CHELAN, Wash. — Gaston Rocha worked swiftly, clipping Pinot noir grape clusters with his right hand and catching and dumping them into white, 5-gallon plastic buckets with his left.
He seemed oblivious to the beauty of the setting — perfect vineyard rows dropping sharply downslope to a placid Lake Chelan.
But time is of the essence while he’s working, not just because he’s paid by how much he picks, but because rain and cold may soon close the harvest window.
While the last 10 percent of California’s wine grape harvest was hit by wildfires and Idaho counts a light harvest from last winter’s frost damage, Washington’s crop appears to be near normal or slightly under last year’s record 270,000 tons.
The August crop estimate was 260,000 tons. That’s updated post-crush in November.
“It can be up or down. It’s gone both ways,” says Vicky Scharlau, executive director of the Washington Winegrower Association in Cashmere.
“We have some winter damage in older vines, but no drastic freeze damage,” Scharlau said. “Our heat units at the end of August were more like 2013, more normal.”
Cluster weight is down slightly, which will contribute to a bit lighter crop, she said.
Oregon had heavy smoke during the last two weeks of ripening. The affects so far are unknown.
But Shane Collins, vintner of Rocky Pond Winery, Chelan, which owns Clos CheValle Vineyard where Gaston Rocha works, said wine grapes so far are testing negative for wildfire smoke taint from the Columbia Gorge to Lake Chelan.
“It’s a timing thing,” he said. “There’s a 14- to 17-day window around veraison (when grapes accumulate sugar rapidly) that’s the critical time.”
Despite wildfires uplake, Lake Chelan smoke was nothing this year like it was in 2015, he said.
Smoke taint gives wine “an ashtray, gasoline taste,” he said. Nothing anyone wants but hard to detect because it develops over time, he said.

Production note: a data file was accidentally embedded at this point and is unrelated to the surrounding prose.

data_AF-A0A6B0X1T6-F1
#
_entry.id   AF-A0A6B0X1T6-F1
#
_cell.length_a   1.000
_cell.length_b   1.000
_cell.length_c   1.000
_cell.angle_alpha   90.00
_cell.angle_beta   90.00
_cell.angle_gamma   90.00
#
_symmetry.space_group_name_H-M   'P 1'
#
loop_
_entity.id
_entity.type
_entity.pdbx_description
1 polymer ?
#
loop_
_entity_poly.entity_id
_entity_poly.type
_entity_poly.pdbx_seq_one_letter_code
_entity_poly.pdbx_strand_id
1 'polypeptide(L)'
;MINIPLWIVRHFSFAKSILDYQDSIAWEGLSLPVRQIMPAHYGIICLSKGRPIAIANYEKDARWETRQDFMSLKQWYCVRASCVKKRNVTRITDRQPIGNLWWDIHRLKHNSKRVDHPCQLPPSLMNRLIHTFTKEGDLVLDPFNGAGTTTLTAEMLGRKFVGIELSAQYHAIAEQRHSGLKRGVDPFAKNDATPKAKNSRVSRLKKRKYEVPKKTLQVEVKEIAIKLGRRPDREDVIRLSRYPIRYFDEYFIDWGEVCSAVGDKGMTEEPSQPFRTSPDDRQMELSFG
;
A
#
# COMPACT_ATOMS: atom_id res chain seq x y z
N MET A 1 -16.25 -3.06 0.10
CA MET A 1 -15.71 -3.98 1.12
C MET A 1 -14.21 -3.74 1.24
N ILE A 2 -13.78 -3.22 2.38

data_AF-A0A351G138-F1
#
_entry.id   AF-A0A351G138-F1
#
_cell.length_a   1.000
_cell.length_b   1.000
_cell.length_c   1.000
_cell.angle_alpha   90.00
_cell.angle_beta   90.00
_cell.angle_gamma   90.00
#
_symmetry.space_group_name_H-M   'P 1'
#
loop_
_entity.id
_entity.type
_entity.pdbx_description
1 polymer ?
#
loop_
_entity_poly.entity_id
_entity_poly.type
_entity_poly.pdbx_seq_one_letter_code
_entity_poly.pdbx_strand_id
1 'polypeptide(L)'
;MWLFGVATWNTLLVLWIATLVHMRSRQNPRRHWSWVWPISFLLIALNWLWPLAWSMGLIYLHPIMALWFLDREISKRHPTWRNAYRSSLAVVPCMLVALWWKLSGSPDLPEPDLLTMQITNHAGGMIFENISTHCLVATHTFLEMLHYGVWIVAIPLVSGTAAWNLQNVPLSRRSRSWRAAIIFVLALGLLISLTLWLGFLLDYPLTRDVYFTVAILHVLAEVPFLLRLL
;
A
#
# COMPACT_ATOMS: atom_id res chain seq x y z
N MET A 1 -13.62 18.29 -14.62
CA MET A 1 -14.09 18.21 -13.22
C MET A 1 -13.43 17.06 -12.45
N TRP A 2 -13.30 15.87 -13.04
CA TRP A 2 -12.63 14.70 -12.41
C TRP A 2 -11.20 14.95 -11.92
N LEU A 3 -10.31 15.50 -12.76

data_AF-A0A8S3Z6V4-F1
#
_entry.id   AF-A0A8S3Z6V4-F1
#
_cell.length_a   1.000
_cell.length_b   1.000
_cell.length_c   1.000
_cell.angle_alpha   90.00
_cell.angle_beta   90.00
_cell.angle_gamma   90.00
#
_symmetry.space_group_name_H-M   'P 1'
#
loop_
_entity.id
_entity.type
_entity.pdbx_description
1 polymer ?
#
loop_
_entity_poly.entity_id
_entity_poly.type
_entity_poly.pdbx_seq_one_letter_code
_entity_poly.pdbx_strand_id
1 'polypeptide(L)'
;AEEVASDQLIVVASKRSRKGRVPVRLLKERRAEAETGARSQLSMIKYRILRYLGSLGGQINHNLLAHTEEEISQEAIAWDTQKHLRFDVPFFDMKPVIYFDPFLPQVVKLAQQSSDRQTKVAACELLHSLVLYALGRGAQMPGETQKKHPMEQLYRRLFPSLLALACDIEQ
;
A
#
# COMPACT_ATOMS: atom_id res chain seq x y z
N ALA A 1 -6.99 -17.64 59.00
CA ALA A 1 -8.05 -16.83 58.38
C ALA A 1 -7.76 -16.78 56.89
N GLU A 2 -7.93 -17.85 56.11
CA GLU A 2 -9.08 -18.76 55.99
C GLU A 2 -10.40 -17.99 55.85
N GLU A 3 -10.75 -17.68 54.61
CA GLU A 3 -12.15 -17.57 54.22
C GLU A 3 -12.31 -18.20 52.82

In 2015, wineries dumped it or sold it early, he said. “Karma Vineyards sold it as Bad Karma,” he said.
Freddy Arredondo, vintner at Cave B Estate Winery near George, said his 100-acre crop is lighter than last year, possibly from more of a January freeze nip than he originally thought. Mildew pressure was big from an overly wet spring, he said. Clusters are lighter, he said.
Washington has more than 53,000 acres of wine grapes, more than 860 wineries and is second to California in production.
Washington harvest normally begins in earnest right after Labor Day and ends in early November. It was about 80 to 90 percent done as of Oct. 17, Scharlau said.
Idaho is growing quickly and “stellar” in quality but is small compared to Washington, just as Washington is small compared to California, Scharlau said. Wine grapes tend to stay specific to AVAs and there are so many factors in buying wine “that it’s hard to draw any kind of conclusions” about one area’s loss benefiting another, she said.
Rocky Pond Winery owns the 30-acre Clos CheValle Vineyard on the south shore of Lake Chelan and the 90-acre Double D Vineyard 20 miles southeast at Sun Cove on the Columbia River. Plans call for adding 30 more acres at Double D and developing 50 acres of vineyard farther south at Skeels Road, Collins said.
Progress is being hampered by a lack of labor, he said.